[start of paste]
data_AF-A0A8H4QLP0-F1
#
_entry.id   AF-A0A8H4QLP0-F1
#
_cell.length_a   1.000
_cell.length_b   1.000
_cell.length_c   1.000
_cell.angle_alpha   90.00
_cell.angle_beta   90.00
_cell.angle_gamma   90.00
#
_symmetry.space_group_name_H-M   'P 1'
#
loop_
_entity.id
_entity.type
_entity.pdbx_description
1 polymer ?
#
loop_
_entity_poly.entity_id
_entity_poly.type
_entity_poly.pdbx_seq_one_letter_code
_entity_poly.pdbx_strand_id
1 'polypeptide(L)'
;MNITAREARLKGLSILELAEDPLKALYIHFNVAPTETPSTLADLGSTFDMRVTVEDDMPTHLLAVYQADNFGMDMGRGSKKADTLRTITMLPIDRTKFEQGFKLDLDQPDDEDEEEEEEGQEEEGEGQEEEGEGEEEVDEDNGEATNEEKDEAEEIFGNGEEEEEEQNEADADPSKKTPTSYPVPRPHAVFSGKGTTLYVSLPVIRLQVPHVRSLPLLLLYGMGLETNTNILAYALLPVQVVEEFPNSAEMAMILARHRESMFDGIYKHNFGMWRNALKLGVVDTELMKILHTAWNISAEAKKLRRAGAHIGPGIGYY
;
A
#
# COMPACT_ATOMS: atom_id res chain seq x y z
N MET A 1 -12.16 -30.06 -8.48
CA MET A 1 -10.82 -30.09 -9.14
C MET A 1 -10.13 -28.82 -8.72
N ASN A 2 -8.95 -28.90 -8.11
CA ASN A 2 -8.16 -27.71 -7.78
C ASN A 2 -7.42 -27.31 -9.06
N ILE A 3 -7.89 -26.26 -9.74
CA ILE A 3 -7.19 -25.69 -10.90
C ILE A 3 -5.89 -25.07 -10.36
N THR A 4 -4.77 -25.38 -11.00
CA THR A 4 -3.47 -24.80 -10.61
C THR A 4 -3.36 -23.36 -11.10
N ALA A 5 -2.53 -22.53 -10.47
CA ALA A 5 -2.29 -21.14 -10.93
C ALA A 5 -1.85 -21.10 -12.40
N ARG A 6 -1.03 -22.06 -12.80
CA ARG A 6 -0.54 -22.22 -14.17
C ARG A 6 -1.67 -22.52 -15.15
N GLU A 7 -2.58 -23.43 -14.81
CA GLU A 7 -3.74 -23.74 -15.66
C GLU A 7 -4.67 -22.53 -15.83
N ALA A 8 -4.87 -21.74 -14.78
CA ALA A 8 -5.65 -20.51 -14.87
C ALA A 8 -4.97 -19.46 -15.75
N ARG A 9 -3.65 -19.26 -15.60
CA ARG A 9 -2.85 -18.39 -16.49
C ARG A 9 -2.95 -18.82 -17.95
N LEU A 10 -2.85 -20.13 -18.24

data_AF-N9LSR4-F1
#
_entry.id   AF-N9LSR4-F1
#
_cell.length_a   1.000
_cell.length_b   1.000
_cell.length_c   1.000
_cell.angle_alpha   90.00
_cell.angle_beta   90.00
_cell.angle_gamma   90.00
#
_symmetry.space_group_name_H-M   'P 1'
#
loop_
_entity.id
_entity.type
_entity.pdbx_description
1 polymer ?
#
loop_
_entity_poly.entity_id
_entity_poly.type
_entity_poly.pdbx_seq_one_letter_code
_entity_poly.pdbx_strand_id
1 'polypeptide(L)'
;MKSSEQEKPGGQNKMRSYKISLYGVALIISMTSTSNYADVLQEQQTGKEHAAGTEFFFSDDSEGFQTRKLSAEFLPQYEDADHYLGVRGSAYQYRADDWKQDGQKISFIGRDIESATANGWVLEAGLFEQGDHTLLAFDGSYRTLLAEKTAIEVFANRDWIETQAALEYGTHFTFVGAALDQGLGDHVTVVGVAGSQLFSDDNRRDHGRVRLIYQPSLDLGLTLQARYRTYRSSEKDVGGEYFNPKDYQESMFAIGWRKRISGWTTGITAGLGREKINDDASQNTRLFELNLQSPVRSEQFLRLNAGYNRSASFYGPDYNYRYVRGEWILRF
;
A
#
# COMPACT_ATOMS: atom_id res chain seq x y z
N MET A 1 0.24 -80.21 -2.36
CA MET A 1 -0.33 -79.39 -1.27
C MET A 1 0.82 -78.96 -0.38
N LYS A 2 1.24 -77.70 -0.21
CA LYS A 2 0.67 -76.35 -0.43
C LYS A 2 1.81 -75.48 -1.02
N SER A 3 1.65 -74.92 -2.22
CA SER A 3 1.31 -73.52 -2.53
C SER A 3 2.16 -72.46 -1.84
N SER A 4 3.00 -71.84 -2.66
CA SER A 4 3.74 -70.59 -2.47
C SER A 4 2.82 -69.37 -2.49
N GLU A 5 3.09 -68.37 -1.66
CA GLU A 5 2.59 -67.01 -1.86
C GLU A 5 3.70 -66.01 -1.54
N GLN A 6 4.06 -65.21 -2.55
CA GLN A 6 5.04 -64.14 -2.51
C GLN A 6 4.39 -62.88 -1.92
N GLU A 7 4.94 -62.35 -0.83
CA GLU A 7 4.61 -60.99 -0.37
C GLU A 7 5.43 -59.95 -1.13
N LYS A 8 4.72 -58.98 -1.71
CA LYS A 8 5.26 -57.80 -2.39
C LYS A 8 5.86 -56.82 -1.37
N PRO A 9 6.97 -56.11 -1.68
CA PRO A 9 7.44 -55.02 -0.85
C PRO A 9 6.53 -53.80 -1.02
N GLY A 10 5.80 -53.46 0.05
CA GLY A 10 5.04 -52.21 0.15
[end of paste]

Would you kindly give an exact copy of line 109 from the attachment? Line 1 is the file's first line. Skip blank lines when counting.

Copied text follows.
C GLU A 7 5.43 -59.95 -1.13